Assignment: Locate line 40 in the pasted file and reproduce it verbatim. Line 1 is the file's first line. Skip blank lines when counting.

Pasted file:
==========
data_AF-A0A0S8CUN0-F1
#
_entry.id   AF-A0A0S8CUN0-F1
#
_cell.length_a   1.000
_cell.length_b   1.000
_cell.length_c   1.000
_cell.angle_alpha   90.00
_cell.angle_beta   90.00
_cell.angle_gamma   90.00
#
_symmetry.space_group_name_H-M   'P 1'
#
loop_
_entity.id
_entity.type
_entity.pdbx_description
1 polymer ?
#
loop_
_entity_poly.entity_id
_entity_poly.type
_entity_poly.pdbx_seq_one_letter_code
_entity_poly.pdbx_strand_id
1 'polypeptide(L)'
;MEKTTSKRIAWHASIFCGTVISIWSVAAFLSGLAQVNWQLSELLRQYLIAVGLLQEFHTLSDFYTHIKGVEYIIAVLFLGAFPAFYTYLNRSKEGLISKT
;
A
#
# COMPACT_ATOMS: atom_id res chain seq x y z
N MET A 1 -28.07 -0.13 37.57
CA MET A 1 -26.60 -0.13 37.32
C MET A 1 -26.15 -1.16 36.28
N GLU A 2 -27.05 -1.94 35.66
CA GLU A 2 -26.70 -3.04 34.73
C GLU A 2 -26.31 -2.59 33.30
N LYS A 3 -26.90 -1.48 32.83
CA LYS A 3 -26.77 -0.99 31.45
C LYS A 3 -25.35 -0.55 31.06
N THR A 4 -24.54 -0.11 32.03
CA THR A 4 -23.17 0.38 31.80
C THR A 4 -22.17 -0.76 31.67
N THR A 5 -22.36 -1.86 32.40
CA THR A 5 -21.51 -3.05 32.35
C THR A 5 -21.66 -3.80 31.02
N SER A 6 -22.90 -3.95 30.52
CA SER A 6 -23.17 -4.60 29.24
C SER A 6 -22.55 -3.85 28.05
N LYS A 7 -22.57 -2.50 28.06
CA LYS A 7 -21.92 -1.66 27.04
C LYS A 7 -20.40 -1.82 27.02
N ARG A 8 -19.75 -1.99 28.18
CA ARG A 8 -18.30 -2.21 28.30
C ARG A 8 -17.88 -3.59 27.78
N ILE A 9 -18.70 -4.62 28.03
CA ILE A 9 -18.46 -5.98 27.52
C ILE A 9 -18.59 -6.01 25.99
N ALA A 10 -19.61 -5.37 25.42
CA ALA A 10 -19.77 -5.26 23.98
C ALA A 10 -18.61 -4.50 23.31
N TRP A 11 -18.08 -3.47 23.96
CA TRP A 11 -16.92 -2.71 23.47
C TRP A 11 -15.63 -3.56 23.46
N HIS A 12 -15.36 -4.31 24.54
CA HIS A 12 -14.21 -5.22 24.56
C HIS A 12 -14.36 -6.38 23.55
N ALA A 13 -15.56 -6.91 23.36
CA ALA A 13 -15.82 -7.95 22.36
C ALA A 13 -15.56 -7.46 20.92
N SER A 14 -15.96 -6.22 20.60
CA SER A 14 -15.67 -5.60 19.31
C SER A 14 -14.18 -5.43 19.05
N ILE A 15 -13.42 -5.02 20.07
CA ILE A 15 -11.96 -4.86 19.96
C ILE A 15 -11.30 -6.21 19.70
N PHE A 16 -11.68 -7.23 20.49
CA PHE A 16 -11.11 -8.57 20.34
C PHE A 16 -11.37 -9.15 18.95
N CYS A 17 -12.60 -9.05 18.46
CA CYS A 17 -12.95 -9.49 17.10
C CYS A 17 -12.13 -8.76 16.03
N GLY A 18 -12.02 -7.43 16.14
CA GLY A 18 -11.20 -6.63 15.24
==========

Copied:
N THR A 4 -24.54 -0.11 32.03